11. The method of claim 6, wherein the receiving and the determining are performed by the CPU.

12. A non-transitory computer readable memory medium comprising program instructions for delegating processing of audio data from a central processing unit (CPU) to a graphic processing unit (GPU) of a processing apparatus, wherein the program instructions are executable to:

write a first plurality of tasks to a queue, wherein the queue is associated with the GPU, wherein the tasks are executable by the GPU;
identify a second plurality of tasks relating to processing the audio data, wherein each of the CPU and the GPU is capable of executing the second plurality of tasks;
determine whether the second plurality of tasks should be written to the queue, wherein the determining is based at least in part on a level of completion of the performance of the first plurality of tasks by the GPU;
in response to determining that the second plurality of tasks should be written to the queue, write the second plurality of tasks to the queue.

13. The non-transitory computer readable memory medium of claim 12, wherein the program instructions are further executable to:

in response to determining that the second plurality of tasks should not be written to the queue, cause the CPU to perform the second plurality of tasks.

14. The non-transitory computer readable memory medium of claim 12, wherein the program instructions are executed by the CPU.

15. The non-transitory computer readable memory medium of claim 12, wherein, in determining that the second plurality of tasks should be written to the queue, the program instructions are executable to determine that none of the first plurality of tasks remain in the queue.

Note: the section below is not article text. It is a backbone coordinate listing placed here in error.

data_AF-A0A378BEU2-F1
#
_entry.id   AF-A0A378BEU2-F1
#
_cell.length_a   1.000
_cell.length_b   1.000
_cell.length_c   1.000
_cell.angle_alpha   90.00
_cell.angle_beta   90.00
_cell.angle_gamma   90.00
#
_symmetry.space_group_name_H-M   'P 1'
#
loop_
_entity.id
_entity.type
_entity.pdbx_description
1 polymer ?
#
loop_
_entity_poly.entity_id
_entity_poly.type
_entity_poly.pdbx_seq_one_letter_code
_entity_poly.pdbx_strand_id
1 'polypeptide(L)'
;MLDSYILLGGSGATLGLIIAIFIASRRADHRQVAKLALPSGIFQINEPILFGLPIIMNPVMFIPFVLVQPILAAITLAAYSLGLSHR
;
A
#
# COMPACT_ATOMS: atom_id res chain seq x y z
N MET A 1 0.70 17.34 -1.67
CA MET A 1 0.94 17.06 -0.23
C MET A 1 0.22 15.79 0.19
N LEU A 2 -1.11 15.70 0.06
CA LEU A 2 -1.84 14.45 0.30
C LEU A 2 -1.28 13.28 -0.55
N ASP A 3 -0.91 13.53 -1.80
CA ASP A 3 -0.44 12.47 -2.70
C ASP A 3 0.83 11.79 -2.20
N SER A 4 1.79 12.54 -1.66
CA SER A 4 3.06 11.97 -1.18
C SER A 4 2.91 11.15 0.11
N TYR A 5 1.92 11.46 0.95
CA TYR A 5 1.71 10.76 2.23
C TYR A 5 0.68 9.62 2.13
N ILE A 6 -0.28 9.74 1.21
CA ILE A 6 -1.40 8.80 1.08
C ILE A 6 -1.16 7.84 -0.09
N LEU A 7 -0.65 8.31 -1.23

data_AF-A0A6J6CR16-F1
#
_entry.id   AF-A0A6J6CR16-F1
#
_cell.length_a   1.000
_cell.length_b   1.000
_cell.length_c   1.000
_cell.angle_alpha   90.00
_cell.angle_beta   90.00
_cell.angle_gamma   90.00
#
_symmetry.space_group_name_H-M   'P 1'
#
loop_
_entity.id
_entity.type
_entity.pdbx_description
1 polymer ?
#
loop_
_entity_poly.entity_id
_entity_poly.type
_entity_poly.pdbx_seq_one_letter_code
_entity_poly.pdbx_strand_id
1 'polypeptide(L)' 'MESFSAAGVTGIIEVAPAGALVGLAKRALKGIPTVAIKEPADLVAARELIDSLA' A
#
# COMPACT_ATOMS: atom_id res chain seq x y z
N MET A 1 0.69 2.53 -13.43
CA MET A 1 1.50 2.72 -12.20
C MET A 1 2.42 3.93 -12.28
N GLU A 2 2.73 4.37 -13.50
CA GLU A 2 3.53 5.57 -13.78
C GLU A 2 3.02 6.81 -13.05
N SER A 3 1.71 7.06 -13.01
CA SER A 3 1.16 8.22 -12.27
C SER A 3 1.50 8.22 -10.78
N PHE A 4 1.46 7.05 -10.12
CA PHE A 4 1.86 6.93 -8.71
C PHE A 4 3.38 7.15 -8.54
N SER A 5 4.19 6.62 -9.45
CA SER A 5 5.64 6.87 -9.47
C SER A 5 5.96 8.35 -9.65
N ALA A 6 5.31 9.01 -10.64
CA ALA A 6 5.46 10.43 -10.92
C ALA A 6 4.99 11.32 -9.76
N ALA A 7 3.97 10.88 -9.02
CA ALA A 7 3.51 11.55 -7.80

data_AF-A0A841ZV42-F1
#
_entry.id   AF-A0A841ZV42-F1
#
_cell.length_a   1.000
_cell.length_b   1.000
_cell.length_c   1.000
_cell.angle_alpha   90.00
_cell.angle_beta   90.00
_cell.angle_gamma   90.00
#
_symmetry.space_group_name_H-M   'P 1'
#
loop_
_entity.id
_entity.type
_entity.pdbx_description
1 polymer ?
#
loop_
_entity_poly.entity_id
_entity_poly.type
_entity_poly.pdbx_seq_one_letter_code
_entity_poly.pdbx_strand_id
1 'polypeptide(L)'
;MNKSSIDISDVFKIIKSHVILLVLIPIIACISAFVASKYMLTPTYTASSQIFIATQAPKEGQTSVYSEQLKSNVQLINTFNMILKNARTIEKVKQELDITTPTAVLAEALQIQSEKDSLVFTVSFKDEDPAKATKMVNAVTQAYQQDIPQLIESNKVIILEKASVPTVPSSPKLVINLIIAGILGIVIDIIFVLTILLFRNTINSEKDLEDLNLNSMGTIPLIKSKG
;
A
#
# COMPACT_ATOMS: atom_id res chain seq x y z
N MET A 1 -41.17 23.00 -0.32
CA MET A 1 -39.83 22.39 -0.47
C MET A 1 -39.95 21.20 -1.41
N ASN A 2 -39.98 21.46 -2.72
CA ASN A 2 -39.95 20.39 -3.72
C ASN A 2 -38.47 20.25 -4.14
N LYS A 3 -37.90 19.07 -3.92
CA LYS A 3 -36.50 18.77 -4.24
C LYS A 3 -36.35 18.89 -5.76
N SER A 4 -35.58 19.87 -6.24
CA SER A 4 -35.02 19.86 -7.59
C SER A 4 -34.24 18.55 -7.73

16. The non-transitory computer readable memory medium of claim 15, wherein in determining that the second plurality of tasks should be written to the queue, the program instructions are executable to determine that performance of the first plurality of tasks is complete.

17. The non-transitory computer readable memory medium of claim 12, wherein, in determining that the second plurality of tasks should be written to the queue, the program instructions are executable to:

determine that at least a subset of the first plurality of tasks remain in the queue;
determine, in response to the determining that at least a subset of the first plurality of tasks remain in the queue, that processing of the second plurality of tasks may be delayed by a first amount of time without causing errors in the audio data;
determine, before the first amount of time elapses, that none of the first plurality of tasks remain in the queue.

18. The non-transitory computer readable memory medium of claim 12, wherein the determining is further based on a current state of the GPU.

19. The non-transitory computer readable memory medium of claim 18, wherein, in determining that the second plurality of tasks should be written to the queue, the program instructions are executable to determine that the GPU is in an unlocked state.

20. The non-transitory computer readable memory medium of claim 19, wherein the program instructions are further executable to:

in response to the determining that the GPU is in an unlocked state, place the GPU in a locked state.
Patent History
Publication number: 20130293558
Type: Application
Filed: May 1, 2013
Publication Date: Nov 7, 2013
Patent Grant number: 9336557
Inventors: Brett D. George (Cupertino, CA), Changki Min (Cupertino, CA), David A. Leech (Cupertino, CA), Matthew X. Mora (Cupertino, CA), Neil D. Warren (Cupertino, CA), Rajabali M. Koduri (Cupertino, CA), Ronald N. Isaac (Cupertino, CA)
Application Number: 13/875,215
Classifications
Current U.S. Class: Graphic Command Processing (345/522)
International Classification: G06T 1/20 (20060101);